Wisdom Teeth

Wisdom teeth are the last set of molars to grow in at the back of the mouth.  A wisdom tooth can grow in each of the four back areas of the mouth, the:

  • Top right.

  • Top left.

  • Bottom right .

  • Bottom left.

The 4 molars usually appear during later adolescence, between the ages of 17 and 25. A small percentage of people are born with 1 or more missing wisdom teeth or have none at all. Wisdom teeth may become painful if:

  • There is not enough room in the mouth for them to emerge.

  • They are misaligned.

  • Infection develops.

With proper alignment and adequate space, healthy wisdom teeth can be an asset. 


Often there is not enough room in the back of the jaw for the wisdom teeth. They can become trapped inside the gum (impacted), They may also grow sideways or only partially erupt.


The presence of wisdom teeth or impacted wisdom teeth may not cause any symptoms. However, problems with 1 or more wisdom teeth may result in:

  • Pain.

  • Swelling around the tooth.

  • Stiff jaw.

  • General feeling of illness.

  • Inability to fully open your mouth (trimus ).

  • Bad breath or unpleasant taste in your mouth.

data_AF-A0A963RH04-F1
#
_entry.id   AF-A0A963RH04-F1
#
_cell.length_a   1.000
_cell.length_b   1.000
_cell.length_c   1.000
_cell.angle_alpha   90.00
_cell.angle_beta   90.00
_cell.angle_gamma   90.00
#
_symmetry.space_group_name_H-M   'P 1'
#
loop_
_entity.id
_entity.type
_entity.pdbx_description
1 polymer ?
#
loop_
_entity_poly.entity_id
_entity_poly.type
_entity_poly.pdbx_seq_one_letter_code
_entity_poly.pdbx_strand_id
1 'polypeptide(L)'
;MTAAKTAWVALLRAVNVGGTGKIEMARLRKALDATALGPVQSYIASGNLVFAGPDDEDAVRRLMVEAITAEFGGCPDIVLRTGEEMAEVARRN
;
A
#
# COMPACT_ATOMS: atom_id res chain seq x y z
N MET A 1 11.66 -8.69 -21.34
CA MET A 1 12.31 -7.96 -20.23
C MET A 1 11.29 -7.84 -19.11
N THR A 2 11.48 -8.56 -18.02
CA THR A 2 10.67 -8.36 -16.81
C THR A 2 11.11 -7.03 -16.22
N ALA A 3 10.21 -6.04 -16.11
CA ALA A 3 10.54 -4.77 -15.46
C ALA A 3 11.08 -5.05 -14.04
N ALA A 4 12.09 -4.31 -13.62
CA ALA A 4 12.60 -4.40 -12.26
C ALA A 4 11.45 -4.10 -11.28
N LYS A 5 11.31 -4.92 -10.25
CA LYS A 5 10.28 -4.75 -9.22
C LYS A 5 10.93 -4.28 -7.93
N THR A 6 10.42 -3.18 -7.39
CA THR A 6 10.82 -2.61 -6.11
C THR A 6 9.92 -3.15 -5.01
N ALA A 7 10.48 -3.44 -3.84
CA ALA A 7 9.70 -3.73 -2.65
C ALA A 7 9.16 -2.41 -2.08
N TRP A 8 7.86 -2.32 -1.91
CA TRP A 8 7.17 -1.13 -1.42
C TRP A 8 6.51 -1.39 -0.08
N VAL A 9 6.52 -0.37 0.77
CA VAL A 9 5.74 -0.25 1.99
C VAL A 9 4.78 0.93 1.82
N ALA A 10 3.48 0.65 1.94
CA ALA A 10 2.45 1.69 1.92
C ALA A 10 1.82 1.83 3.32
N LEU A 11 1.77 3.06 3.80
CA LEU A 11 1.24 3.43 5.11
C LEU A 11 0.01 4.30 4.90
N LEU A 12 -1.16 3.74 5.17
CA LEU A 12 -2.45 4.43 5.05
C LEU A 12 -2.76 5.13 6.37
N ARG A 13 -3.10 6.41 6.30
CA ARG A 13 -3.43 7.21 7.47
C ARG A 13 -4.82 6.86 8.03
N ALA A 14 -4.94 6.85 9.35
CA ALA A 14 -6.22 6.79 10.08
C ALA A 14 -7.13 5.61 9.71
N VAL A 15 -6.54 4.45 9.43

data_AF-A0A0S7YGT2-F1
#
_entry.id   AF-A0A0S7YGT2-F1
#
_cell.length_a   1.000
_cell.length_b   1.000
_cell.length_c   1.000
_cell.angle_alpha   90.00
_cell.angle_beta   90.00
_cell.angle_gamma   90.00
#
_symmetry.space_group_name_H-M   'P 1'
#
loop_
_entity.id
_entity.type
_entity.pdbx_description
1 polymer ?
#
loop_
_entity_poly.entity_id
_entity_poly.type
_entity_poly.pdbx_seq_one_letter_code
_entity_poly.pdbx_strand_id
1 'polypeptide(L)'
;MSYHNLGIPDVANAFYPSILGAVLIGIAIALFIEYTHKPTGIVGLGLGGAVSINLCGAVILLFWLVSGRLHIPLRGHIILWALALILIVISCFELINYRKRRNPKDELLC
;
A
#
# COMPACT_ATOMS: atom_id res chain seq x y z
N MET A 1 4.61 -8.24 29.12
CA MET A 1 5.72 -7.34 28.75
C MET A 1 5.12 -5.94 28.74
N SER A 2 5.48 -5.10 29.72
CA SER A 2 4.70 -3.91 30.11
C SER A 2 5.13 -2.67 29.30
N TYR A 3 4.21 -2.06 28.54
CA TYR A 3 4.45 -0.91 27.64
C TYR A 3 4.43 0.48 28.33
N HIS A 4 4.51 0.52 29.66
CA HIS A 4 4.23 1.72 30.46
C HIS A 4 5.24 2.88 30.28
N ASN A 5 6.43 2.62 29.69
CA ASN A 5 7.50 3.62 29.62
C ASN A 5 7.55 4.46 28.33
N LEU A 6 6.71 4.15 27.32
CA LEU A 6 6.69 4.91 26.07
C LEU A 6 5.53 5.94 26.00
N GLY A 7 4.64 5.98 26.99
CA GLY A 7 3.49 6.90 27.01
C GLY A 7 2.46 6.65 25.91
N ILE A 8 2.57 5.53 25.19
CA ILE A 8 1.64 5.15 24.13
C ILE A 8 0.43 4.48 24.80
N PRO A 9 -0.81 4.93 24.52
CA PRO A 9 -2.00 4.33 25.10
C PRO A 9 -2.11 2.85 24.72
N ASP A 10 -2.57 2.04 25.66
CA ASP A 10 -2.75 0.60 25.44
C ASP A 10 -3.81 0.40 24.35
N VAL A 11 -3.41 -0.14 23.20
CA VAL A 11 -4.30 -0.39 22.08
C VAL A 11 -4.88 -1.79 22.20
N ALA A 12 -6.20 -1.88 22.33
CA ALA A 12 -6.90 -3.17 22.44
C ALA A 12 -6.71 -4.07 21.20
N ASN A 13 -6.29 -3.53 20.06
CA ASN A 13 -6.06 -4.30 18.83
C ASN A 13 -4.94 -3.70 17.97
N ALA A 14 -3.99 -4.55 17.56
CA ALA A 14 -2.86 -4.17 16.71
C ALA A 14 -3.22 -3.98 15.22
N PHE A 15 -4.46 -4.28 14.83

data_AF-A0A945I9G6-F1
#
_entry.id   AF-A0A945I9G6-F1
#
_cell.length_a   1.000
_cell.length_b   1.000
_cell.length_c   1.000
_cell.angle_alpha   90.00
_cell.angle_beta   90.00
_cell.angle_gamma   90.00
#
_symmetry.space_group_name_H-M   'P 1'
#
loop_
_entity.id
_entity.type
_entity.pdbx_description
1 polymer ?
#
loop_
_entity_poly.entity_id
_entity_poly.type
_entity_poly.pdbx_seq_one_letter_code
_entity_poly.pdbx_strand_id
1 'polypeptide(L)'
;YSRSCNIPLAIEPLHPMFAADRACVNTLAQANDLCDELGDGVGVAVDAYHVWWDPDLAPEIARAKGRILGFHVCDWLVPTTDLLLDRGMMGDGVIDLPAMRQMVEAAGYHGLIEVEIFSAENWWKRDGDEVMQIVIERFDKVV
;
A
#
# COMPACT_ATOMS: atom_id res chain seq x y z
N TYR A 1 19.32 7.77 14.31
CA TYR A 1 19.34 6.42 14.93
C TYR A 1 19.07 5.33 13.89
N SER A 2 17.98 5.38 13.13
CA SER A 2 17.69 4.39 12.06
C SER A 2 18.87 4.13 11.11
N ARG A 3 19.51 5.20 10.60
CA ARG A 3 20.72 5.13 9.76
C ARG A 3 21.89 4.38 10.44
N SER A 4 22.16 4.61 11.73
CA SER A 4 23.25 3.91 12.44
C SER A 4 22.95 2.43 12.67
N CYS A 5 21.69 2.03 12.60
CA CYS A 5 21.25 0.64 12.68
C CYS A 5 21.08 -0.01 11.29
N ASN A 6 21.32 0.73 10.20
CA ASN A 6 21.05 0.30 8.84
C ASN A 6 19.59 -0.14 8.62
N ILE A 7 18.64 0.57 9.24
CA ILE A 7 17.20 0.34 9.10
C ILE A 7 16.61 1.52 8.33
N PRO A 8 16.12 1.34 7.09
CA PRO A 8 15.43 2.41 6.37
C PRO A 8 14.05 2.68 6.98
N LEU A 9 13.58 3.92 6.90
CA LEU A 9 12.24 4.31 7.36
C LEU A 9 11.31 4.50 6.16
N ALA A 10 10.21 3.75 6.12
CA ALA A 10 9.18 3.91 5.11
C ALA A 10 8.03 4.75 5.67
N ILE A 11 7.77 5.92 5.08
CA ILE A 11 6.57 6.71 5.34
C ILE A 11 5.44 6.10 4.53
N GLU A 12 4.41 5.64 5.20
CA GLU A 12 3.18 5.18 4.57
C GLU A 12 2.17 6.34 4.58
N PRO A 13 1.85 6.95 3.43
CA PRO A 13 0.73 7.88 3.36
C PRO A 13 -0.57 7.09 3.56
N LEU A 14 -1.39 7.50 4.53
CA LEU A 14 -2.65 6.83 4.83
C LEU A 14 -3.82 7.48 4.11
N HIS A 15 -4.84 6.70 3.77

Impacted teeth may increase the risk of:

  • Infection.

  • Damage to adjacent teeth.

  • Growth of cysts (formed when the sac surrounding the impaced tooth becomes filled with fluid and enlarges).


  • Oral exam.

  • X-rays.


Your dentist or oral surgeon will recommend the best course of action for you. This may include surgical removal (extraction) of the wisdom teeth. Extraction is generally recommended to avoid complications. Removal and recovery time is easier if done in early adulthood since the roots of the teeth are smaller at this time and surrounding bone is softer. Sometimes your dentist or oral surgeon may recommend extraction before symptoms develop. This is done to avoid a more painful or complicated extraction at a later date.


  • Follow up with your caregiver as directed.  

  • If your wisdom teeth are causing pain or other symptoms:

  • Only take over-the-counter or prescription medicines for pain, discomfort, or fever as directed by your caregiver.    

  • Ice the affected area for 20 minutes at a time, 3 to 4 times per day. Place a towel on the skin over the painful area and the ice or cold pack over the towel. Do not place ice directly on the skin.

  • Eat soft foods or a liquid diet.  

  • Mild or moderate fevers generally have no long-term effects and often do not require treatment.


Most patients recover fully from tooth extraction with proper care and pain management.


  • Pain emerges, worsens, or is not controlled by the medicine you have been given.

  • Bleeding occurs.


  • You have a fever or persistent symptoms for more than 72 hours.

  • You have a fever and your symptoms suddenly get worse.



  • Understand these instructions.

  • Will watch your condition.

  • Will get help right away if you are not doing well or get worse.